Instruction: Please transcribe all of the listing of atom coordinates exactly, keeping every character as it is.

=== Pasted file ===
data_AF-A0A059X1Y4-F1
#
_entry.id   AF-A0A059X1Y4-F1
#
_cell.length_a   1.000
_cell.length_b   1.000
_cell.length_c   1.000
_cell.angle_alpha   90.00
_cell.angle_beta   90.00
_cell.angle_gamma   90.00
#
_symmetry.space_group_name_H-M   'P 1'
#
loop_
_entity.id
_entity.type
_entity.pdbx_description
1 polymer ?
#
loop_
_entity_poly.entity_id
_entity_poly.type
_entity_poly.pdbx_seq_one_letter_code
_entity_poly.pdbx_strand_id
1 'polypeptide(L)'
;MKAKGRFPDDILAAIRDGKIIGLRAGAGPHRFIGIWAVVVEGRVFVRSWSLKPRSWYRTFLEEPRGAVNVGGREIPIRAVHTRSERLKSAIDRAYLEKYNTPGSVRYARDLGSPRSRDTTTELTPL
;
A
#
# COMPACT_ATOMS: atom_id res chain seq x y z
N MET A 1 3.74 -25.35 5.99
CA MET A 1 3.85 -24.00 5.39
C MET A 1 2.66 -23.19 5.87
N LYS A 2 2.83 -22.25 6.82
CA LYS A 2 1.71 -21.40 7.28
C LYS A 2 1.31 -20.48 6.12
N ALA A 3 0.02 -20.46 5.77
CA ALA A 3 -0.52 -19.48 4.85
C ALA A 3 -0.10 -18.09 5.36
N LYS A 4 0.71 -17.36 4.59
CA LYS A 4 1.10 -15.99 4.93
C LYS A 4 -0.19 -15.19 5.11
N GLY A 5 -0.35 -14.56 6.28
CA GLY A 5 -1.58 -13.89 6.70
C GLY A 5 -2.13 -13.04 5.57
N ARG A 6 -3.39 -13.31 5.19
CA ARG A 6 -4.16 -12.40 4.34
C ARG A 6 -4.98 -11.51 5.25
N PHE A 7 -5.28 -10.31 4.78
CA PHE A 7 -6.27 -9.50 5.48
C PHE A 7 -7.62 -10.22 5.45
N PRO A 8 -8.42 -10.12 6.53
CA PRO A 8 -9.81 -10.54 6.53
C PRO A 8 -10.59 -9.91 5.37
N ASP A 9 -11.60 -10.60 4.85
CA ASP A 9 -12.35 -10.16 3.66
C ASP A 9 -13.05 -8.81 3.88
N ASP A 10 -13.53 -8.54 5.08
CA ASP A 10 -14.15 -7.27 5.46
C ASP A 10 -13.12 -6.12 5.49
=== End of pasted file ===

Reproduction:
data_AF-A0A059X1Y4-F1
#
_entry.id   AF-A0A059X1Y4-F1
#
_cell.length_a   1.000
_cell.length_b   1.000
_cell.length_c   1.000
_cell.angle_alpha   90.00
_cell.angle_beta   90.00
_cell.angle_gamma   90.00
#
_symmetry.space_group_name_H-M   'P 1'
#
loop_
_entity.id
_entity.type
_entity.pdbx_description
1 polymer ?
#
loop_
_entity_poly.entity_id
_entity_poly.type
_entity_poly.pdbx_seq_one_letter_code
_entity_poly.pdbx_strand_id
1 'polypeptide(L)'
;MKAKGRFPDDILAAIRDGKIIGLRAGAGPHRFIGIWAVVVEGRVFVRSWSLKPRSWYRTFLEEPRGAVNVGGREIPIRAVHTRSERLKSAIDRAYLEKYNTPGSVRYARDLGSPRSRDTTTELTPL
;
A
#
# COMPACT_ATOMS: atom_id res chain seq x y z
N MET A 1 3.74 -25.35 5.99
CA MET A 1 3.85 -24.00 5.39
C MET A 1 2.66 -23.19 5.87
N LYS A 2 2.83 -22.25 6.82
CA LYS A 2 1.71 -21.40 7.28
C LYS A 2 1.31 -20.48 6.12
N ALA A 3 0.02 -20.46 5.77
CA ALA A 3 -0.52 -19.48 4.85
C ALA A 3 -0.10 -18.09 5.36
N LYS A 4 0.71 -17.36 4.59
CA LYS A 4 1.10 -15.99 4.93
C LYS A 4 -0.19 -15.19 5.11
N GLY A 5 -0.35 -14.56 6.28
CA GLY A 5 -1.58 -13.89 6.70
C GLY A 5 -2.13 -13.04 5.57
N ARG A 6 -3.39 -13.31 5.19
CA ARG A 6 -4.16 -12.40 4.34
C ARG A 6 -4.98 -11.51 5.25
N PHE A 7 -5.28 -10.31 4.78
CA PHE A 7 -6.27 -9.50 5.48
C PHE A 7 -7.62 -10.22 5.45
N PRO A 8 -8.42 -10.12 6.53
CA PRO A 8 -9.81 -10.54 6.53
C PRO A 8 -10.59 -9.91 5.37
N ASP A 9 -11.60 -10.60 4.85
CA ASP A 9 -12.35 -10.16 3.66
C ASP A 9 -13.05 -8.81 3.88
N ASP A 10 -13.53 -8.54 5.08
CA ASP A 10 -14.15 -7.27 5.46
C ASP A 10 -13.12 -6.12 5.49